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US Government Continues to Neglect Returning War VeteransRalph E. Stone Salem-News.com
We send our soldiers off to fight, then neglect them as veterans.
(SAN FRANCISCO) - On Monday, the nation observed Memorial Day, an annual federal holiday observed in the United States on the last Monday of May. Memorial Day is a day to remember the men and women who died while serving in the U.S. Armed Forces. I am a Vietnam veteran who luckily survived my tour with both mind and body intact. But on this day of remembrance for the dead, shouldn’t we also remember the veterans living among us in poverty, homelessness, and suffering from post traumatic stress disorder (PTSD), a condition that has led to an upswing in suicide rates? (www.cbsnews.com/8301-504763_
We send our soldiers off to fight in Vietnam, Iraq, Afghanistan, and elsewhere. Yet, once the troops become veterans, too often they are woefully neglected.
According to the U.S. Department of Housing and Urban Development (www.huduser.org/portal/
Female veterans are at greater risk of homelessness than male veterans and are two to three times more likely to be homeless. Rates of homelessness are higher for Hispanic, African American, and Native American veterans than for non-minority veterans, especially among those who are poor. Veterans between the ages of 18 and 30 are twice as likely as adults in the general population to be homeless, and the risk of homelessness increases significantly among young veterans who are poor.
In addition, the National Alliance to End Homelessness (www.endhomelessness.org/
According to the Bureau of Labor Statistics (www.bls.gov/news.
The Department of Veterans Affairs (VA) has been severely criticized for the diagnoses of wounded veterans with a personality disorder, instead of PTSD, thus denying them disability pay and medical benefits. More than 22,500 soldiers have been suspiciously dismissed with personality disorders, rather than PTSD. By doing so, the military saves money in disability pay and medical care over the lifetimes of veterans. How many homeless veterans, discharged for personality disorders rather than PTSD, would be off the homeless roles if they had disability pay and VA medical care?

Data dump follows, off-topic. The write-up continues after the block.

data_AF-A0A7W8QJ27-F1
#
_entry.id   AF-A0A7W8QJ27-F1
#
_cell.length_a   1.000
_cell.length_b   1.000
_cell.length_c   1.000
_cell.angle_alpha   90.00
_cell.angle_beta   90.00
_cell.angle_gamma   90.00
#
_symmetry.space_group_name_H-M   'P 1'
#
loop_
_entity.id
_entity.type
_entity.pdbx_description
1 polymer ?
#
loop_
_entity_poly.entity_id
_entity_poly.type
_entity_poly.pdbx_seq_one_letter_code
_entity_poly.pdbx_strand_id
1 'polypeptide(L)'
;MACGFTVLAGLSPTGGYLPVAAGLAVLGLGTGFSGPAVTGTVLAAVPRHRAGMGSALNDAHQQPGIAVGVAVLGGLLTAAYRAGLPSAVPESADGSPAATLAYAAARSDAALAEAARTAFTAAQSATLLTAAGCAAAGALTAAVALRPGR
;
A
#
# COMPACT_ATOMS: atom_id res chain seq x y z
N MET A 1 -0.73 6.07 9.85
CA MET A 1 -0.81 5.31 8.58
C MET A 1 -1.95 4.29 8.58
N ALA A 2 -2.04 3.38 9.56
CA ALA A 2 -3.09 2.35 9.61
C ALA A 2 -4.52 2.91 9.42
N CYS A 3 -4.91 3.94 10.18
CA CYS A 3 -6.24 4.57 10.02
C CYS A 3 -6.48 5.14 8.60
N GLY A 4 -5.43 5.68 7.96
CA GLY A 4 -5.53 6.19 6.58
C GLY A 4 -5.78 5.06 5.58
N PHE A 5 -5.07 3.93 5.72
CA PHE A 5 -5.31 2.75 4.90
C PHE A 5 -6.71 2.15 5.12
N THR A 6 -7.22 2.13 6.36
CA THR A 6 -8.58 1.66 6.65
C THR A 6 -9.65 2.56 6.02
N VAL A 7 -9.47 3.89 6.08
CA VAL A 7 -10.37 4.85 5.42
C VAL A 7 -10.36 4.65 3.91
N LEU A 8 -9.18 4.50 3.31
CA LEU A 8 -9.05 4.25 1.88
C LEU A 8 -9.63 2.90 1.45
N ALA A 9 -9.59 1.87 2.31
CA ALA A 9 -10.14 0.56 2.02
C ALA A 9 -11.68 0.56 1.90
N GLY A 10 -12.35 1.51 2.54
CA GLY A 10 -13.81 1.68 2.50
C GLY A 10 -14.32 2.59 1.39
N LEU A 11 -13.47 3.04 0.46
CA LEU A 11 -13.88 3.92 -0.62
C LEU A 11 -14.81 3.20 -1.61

In response, in 2010 the VA has issued new regulations liberalizing the evidentiary standard for veterans claiming service-connected PTSD (www.va.gov/ptsd_qa.pdf).
The new liberalized regulations may allow the VA finally to reach its stated goal “to provide excellence in patient care, veterans’ benefits and customer satisfaction.”
As a matter of political reality, this administration, Congress, or the courts, have not established a right to housing, not even for a specific subgroup such as veterans. Even if there was such a right, the underlying root of homelessness needs to be addressed, that is, the de-funding of federal affordable housing programs since the early 1980s. The federal government’s housing assistance for veterans has largely been limited to guaranteeing home mortgage loans but, realistically, homeownership is still too expensive for many veterans, especially in the San Francisco Bay Area.
Despite cries of “support our troops,” it is shameful that the U.S. can spend $1.3 trillion and counting in our Iraq and Afghanistan wars, but neglect our veterans at home.
(If you want to understand the reason for this country’s housing mess, I highly recommend the 2010 Update of “Without Housing – Decades of Federal Housing Cutbacks, Massive Homelessness and Policy Failures” by the Western Regional Advocacy Project. It can be downloaded at its website (www.wraphome.org). The 2010 Update focuses public attention back on the #1 reason for our housing mess: the Federal Government’s divestment in affordable housing programs and deregulation of the housing market. It comes at a critical juncture for housing policy in this country as millions of Americans are homeless and tens of millions more are on the brink of economic collapse. Most importantly, it helps people understand the complex issues fueling the crisis and provides a framework for turning the situation around).
Salem-News.com writer Ralph E. Stone was born in Massachusetts. He is a graduate of both Middlebury College and Suffolk Law School. We are very fortunate to have this writer's talents in this troubling world; Ralph has an eye for detail that others miss. As is the case with many Salem-News.com writers, Ralph is an American Veteran who served in war. Ralph served his nation after college as a U.S. Army officer during the Vietnam war. After Vietnam, he went on to have a career with the Federal Trade Commission as an Attorney specializing in Consumer and Antitrust Law. Over the years, Ralph has traveled extensively with his wife Judi, taking in data from all over the world, which today adds to his collective knowledge about extremely important subjects like the economy and taxation. You can send Ralph an email at this address firstname.lastname@example.org
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